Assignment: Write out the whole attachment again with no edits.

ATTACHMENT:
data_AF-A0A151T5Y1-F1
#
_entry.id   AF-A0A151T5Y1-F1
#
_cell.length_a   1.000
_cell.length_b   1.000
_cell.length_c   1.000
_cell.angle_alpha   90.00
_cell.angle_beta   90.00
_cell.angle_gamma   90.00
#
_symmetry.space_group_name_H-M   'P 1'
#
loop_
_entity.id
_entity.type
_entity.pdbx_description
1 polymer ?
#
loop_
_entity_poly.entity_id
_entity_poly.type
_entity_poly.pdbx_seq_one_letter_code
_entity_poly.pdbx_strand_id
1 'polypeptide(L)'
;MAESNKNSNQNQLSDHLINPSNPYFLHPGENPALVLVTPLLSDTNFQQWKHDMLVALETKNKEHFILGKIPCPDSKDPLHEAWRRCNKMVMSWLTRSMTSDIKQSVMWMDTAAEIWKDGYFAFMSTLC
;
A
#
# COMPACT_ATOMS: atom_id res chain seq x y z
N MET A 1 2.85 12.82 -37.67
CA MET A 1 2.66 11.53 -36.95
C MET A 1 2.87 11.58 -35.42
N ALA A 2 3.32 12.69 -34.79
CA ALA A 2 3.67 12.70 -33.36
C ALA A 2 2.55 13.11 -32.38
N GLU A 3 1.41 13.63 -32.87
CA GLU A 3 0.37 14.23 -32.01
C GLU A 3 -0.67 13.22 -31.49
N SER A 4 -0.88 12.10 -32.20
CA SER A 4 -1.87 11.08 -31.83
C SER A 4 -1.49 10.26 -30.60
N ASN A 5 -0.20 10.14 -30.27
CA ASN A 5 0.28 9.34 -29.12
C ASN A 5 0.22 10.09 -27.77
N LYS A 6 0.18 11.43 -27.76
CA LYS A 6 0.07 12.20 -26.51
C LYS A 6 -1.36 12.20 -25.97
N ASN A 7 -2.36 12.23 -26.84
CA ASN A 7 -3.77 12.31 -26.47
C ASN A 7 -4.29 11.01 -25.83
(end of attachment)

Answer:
data_AF-A0A151T5Y1-F1
#
_entry.id   AF-A0A151T5Y1-F1
#
_cell.length_a   1.000
_cell.length_b   1.000
_cell.length_c   1.000
_cell.angle_alpha   90.00
_cell.angle_beta   90.00
_cell.angle_gamma   90.00
#
_symmetry.space_group_name_H-M   'P 1'
#
loop_
_entity.id
_entity.type
_entity.pdbx_description
1 polymer ?
#
loop_
_entity_poly.entity_id
_entity_poly.type
_entity_poly.pdbx_seq_one_letter_code
_entity_poly.pdbx_strand_id
1 'polypeptide(L)'
;MAESNKNSNQNQLSDHLINPSNPYFLHPGENPALVLVTPLLSDTNFQQWKHDMLVALETKNKEHFILGKIPCPDSKDPLHEAWRRCNKMVMSWLTRSMTSDIKQSVMWMDTAAEIWKDGYFAFMSTLC
;
A
#
# COMPACT_ATOMS: atom_id res chain seq x y z
N MET A 1 2.85 12.82 -37.67
CA MET A 1 2.66 11.53 -36.95
C MET A 1 2.87 11.58 -35.42
N ALA A 2 3.32 12.69 -34.79
CA ALA A 2 3.67 12.70 -33.36
C ALA A 2 2.55 13.11 -32.38
N GLU A 3 1.41 13.63 -32.87
CA GLU A 3 0.37 14.23 -32.01
C GLU A 3 -0.67 13.22 -31.49
N SER A 4 -0.88 12.10 -32.20
CA SER A 4 -1.87 11.08 -31.83
C SER A 4 -1.49 10.26 -30.60
N ASN A 5 -0.20 10.14 -30.27
CA ASN A 5 0.28 9.34 -29.12
C ASN A 5 0.22 10.09 -27.77
N LYS A 6 0.18 11.43 -27.76
CA LYS A 6 0.07 12.20 -26.51
C LYS A 6 -1.36 12.20 -25.97
N ASN A 7 -2.36 12.23 -26.84
CA ASN A 7 -3.77 12.31 -26.47
C ASN A 7 -4.29 11.01 -25.83